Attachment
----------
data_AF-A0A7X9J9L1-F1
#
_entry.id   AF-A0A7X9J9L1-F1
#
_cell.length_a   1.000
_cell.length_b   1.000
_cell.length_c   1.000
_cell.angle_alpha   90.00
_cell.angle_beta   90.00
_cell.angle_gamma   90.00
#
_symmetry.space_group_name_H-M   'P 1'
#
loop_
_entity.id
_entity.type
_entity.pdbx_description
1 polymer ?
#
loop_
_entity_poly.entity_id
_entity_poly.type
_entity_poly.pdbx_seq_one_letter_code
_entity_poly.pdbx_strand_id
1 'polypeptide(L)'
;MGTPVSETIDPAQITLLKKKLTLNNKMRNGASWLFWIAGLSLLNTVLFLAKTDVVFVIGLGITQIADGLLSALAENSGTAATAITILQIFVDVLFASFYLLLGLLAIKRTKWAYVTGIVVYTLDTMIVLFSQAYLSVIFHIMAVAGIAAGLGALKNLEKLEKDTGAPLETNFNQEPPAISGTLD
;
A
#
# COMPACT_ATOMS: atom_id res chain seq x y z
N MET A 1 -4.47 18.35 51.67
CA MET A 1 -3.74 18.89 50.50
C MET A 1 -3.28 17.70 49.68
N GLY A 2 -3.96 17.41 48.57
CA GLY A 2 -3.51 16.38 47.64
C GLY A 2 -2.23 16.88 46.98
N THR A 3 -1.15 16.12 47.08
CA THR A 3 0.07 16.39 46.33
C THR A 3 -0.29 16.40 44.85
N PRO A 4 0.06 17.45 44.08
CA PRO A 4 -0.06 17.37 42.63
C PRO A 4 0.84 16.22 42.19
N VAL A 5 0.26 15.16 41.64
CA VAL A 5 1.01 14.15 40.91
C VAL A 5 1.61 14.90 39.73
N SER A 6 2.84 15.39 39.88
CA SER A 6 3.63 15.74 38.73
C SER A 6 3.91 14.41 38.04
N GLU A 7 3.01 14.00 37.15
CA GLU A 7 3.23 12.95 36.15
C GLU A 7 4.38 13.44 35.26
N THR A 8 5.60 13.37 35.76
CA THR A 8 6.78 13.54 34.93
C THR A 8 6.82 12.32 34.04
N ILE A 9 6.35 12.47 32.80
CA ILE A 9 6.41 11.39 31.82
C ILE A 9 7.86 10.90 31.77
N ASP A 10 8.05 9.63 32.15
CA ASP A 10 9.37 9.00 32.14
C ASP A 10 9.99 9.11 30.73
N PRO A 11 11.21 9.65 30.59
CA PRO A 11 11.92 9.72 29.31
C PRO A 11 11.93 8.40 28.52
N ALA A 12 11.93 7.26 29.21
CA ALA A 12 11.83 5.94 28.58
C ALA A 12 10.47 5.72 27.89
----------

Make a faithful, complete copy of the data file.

data_AF-A0A7X9J9L1-F1
#
_entry.id   AF-A0A7X9J9L1-F1
#
_cell.length_a   1.000
_cell.length_b   1.000
_cell.length_c   1.000
_cell.angle_alpha   90.00
_cell.angle_beta   90.00
_cell.angle_gamma   90.00
#
_symmetry.space_group_name_H-M   'P 1'
#
loop_
_entity.id
_entity.type
_entity.pdbx_description
1 polymer ?
#
loop_
_entity_poly.entity_id
_entity_poly.type
_entity_poly.pdbx_seq_one_letter_code
_entity_poly.pdbx_strand_id
1 'polypeptide(L)'
;MGTPVSETIDPAQITLLKKKLTLNNKMRNGASWLFWIAGLSLLNTVLFLAKTDVVFVIGLGITQIADGLLSALAENSGTAATAITILQIFVDVLFASFYLLLGLLAIKRTKWAYVTGIVVYTLDTMIVLFSQAYLSVIFHIMAVAGIAAGLGALKNLEKLEKDTGAPLETNFNQEPPAISGTLD
;
A
#
# COMPACT_ATOMS: atom_id res chain seq x y z
N MET A 1 -4.47 18.35 51.67
CA MET A 1 -3.74 18.89 50.50
C MET A 1 -3.28 17.70 49.68
N GLY A 2 -3.96 17.41 48.57
CA GLY A 2 -3.51 16.38 47.64
C GLY A 2 -2.23 16.88 46.98
N THR A 3 -1.15 16.12 47.08
CA THR A 3 0.07 16.39 46.33
C THR A 3 -0.29 16.40 44.85
N PRO A 4 0.06 17.45 44.08
CA PRO A 4 -0.06 17.37 42.63
C PRO A 4 0.84 16.22 42.19
N VAL A 5 0.26 15.16 41.64
CA VAL A 5 1.01 14.15 40.91
C VAL A 5 1.61 14.90 39.73
N SER A 6 2.84 15.39 39.88
CA SER A 6 3.63 15.74 38.73
C SER A 6 3.91 14.41 38.04
N GLU A 7 3.01 14.00 37.15
CA GLU A 7 3.23 12.95 36.15
C GLU A 7 4.38 13.44 35.26
N THR A 8 5.60 13.37 35.76
CA THR A 8 6.78 13.54 34.93
C THR A 8 6.82 12.32 34.04
N ILE A 9 6.35 12.47 32.80
CA ILE A 9 6.41 11.39 31.82
C ILE A 9 7.86 10.90 31.77
N ASP A 10 8.05 9.63 32.15
CA ASP A 10 9.37 9.00 32.14
C ASP A 10 9.99 9.11 30.73
N PRO A 11 11.21 9.65 30.59
CA PRO A 11 11.92 9.72 29.31
C PRO A 11 11.93 8.40 28.52
N ALA A 12 11.93 7.26 29.21
CA ALA A 12 11.83 5.94 28.58
C ALA A 12 10.47 5.72 27.89